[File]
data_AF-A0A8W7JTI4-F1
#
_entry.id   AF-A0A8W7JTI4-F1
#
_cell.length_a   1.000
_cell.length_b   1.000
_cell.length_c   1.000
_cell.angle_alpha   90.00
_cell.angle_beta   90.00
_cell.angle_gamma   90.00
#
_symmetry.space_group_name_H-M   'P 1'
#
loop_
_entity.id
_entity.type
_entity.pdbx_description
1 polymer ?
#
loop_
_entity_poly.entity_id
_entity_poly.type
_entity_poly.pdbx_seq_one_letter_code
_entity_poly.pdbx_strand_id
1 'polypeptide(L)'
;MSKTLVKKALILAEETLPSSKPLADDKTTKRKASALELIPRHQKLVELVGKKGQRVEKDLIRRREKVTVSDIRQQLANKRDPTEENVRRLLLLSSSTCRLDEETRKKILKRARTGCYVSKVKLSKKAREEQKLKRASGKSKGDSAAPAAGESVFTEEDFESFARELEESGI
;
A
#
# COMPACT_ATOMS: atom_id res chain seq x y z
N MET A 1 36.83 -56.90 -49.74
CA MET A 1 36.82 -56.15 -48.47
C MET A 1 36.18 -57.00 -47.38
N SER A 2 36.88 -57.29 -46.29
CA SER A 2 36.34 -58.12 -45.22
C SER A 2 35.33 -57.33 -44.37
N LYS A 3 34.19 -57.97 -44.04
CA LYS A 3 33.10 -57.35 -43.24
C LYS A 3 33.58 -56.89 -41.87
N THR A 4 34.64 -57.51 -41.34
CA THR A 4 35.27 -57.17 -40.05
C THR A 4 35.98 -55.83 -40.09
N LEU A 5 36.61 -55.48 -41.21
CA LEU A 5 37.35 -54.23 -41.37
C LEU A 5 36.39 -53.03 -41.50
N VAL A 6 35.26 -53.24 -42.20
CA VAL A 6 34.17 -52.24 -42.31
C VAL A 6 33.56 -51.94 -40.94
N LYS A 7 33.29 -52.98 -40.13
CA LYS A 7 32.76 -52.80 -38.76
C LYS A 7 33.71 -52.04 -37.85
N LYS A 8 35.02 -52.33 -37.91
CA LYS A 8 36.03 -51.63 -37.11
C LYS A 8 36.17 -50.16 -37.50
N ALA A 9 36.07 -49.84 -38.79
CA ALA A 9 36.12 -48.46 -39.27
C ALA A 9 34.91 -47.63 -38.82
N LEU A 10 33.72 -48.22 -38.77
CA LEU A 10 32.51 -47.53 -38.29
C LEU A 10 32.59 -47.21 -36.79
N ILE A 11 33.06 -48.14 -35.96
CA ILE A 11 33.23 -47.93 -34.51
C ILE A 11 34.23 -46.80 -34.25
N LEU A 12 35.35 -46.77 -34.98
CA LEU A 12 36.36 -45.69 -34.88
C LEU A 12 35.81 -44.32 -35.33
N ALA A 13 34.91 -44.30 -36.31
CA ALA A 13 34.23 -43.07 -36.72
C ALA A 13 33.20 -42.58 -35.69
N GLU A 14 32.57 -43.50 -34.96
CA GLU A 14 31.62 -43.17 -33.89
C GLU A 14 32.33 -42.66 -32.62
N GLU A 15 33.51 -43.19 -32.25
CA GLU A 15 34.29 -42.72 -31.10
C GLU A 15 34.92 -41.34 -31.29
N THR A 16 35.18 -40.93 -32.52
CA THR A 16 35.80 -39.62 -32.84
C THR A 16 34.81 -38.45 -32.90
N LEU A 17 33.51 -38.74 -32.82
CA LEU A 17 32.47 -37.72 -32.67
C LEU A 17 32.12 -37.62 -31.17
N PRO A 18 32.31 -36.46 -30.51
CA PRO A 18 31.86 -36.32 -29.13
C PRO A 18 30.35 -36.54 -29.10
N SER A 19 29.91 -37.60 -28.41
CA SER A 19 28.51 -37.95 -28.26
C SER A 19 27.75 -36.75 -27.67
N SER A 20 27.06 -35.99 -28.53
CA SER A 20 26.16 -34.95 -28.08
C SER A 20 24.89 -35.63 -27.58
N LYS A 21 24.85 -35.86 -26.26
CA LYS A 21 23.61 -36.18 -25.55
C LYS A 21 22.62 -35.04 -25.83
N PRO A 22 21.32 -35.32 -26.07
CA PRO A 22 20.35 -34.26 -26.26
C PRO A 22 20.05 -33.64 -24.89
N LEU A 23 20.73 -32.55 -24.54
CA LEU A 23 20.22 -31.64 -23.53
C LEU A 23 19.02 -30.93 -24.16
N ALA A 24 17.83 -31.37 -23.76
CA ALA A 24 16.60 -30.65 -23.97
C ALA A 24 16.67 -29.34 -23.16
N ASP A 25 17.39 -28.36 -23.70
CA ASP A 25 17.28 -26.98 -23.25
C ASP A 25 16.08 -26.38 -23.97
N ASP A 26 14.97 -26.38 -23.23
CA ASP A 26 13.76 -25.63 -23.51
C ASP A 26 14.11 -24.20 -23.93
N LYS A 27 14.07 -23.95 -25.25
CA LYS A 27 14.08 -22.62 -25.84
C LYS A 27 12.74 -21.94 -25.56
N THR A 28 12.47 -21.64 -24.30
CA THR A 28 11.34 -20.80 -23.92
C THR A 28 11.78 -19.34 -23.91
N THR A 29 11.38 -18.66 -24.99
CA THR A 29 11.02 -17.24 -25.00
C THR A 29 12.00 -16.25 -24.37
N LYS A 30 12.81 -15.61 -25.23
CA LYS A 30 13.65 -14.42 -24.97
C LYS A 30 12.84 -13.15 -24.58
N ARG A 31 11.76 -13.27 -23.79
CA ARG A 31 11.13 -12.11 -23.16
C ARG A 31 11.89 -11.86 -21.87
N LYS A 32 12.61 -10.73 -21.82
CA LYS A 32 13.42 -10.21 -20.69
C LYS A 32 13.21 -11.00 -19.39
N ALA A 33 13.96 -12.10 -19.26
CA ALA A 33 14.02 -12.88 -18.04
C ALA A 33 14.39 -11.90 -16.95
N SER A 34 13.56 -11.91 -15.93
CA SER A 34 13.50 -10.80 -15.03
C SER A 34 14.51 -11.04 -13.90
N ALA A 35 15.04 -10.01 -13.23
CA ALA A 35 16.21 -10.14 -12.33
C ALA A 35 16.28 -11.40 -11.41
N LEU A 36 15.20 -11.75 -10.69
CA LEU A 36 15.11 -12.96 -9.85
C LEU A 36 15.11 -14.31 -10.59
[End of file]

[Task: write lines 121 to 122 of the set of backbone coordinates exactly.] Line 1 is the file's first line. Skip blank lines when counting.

N ARG A 31 11.76 -13.27 -23.79
CA ARG A 31 11.13 -12.11 -23.16